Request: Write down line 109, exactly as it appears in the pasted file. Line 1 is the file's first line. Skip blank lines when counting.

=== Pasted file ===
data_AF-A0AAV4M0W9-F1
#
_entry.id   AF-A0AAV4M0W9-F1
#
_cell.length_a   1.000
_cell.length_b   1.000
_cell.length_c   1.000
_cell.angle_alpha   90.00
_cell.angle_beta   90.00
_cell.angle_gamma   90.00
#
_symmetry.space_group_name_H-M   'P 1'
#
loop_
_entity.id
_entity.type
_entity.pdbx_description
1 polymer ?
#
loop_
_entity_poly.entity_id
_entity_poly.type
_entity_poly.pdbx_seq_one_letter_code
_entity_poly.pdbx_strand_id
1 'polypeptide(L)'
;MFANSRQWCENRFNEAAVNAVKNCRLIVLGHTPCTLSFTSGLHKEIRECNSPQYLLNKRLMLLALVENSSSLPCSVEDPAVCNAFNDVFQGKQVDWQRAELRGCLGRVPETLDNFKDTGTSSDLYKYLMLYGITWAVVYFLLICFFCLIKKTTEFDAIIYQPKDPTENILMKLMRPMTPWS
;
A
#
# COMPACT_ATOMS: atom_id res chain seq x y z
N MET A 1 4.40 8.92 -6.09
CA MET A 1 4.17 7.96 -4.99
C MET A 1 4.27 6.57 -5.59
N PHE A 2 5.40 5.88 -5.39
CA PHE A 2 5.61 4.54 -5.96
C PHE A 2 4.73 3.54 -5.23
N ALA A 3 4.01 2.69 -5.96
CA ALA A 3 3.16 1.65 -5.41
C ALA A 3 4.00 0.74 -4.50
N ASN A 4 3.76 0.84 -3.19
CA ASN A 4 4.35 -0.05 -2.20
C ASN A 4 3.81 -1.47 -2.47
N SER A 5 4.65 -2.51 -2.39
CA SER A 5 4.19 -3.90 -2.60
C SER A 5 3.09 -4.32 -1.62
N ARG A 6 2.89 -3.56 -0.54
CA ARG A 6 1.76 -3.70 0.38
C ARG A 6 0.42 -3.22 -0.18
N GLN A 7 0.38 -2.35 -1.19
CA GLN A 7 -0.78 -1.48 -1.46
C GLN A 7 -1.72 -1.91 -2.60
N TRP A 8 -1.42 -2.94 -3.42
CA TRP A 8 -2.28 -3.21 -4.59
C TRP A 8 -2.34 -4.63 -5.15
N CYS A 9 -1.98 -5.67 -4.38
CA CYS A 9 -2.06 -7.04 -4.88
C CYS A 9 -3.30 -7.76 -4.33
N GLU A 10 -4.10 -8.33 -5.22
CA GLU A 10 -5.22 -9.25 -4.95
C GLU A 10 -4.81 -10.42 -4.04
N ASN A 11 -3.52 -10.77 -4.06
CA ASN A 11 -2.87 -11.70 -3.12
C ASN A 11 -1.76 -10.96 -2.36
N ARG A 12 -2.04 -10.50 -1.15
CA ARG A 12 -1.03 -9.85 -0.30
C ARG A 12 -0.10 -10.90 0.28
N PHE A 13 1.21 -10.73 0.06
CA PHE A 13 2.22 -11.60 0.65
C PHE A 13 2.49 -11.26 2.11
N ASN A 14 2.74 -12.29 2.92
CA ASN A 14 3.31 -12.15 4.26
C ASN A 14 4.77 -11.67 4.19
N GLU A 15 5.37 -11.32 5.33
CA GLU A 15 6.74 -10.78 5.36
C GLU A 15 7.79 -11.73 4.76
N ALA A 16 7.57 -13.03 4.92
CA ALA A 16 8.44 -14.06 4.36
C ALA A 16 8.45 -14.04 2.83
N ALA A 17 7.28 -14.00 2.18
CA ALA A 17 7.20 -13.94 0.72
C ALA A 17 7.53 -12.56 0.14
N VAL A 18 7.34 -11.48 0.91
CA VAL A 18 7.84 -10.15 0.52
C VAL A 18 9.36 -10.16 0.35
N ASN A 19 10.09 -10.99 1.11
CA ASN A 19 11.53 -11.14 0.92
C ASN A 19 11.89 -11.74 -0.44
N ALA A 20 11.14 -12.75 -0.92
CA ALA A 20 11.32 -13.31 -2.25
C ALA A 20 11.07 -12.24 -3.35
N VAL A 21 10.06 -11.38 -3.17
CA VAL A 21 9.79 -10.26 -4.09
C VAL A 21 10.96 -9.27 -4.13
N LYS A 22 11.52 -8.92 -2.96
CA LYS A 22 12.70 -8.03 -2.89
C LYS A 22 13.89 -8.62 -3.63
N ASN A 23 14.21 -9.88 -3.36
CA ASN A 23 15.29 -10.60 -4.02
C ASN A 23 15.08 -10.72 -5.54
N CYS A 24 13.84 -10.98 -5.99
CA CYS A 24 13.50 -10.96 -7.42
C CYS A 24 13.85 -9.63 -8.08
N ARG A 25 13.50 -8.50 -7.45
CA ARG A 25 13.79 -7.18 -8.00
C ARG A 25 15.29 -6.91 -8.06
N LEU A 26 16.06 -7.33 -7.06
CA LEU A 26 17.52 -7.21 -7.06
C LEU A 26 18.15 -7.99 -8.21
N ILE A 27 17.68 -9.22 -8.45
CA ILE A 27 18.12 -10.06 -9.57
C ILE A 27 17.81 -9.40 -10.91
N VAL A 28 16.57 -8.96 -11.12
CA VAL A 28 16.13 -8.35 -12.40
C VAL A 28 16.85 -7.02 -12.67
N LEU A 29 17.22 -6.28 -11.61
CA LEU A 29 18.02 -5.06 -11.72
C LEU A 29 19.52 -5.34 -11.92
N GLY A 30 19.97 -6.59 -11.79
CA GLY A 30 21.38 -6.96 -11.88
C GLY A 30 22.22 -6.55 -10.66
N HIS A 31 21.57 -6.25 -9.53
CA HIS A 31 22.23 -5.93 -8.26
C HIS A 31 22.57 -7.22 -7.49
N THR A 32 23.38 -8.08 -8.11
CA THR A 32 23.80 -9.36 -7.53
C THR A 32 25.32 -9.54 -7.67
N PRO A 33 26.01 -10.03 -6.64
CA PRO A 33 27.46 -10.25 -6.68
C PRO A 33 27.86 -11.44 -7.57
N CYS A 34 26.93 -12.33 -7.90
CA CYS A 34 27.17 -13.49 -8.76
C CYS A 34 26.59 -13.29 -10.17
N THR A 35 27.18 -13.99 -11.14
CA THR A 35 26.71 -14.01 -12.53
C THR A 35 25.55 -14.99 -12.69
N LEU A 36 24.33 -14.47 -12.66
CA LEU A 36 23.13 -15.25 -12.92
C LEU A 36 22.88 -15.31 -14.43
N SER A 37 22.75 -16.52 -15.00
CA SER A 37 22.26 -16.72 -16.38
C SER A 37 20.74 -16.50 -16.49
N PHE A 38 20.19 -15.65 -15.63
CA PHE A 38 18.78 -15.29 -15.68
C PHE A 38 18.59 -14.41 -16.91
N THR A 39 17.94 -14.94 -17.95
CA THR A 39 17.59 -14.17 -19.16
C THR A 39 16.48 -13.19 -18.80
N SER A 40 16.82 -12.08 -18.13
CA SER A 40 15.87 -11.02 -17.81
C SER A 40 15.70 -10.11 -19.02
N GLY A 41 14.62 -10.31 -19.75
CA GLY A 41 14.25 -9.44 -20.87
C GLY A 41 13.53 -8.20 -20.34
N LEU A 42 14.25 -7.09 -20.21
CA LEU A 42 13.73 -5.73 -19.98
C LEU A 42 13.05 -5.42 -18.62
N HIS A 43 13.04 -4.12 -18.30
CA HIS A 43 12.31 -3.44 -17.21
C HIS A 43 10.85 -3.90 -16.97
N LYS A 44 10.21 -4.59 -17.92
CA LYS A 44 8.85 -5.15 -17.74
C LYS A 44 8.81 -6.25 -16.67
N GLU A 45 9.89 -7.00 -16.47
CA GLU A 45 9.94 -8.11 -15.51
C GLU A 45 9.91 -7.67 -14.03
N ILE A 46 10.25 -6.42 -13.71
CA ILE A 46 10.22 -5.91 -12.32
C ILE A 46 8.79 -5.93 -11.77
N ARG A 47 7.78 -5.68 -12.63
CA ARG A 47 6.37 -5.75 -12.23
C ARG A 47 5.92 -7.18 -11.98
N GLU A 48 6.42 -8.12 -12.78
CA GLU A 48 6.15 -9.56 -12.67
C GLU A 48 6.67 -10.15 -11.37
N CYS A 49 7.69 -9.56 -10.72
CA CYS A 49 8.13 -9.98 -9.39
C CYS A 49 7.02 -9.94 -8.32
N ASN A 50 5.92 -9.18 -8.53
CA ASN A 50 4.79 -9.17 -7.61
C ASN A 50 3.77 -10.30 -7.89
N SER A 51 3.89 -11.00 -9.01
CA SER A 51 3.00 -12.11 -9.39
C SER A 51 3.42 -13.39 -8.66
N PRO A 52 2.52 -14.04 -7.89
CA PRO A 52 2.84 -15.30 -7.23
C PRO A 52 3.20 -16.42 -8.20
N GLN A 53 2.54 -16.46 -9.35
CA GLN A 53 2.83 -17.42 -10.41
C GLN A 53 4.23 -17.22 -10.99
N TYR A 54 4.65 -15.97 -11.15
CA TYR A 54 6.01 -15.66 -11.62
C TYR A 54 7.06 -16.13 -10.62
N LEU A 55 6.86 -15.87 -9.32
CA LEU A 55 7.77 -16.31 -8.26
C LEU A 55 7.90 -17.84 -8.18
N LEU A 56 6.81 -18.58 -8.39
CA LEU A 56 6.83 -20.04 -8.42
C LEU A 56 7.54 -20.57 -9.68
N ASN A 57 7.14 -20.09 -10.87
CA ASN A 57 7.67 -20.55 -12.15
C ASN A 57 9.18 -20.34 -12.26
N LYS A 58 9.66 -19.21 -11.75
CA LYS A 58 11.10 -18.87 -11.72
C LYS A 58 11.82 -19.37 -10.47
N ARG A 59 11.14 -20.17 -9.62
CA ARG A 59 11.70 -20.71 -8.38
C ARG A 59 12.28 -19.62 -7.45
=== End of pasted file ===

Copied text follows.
N ILE A 27 17.68 -9.22 -8.45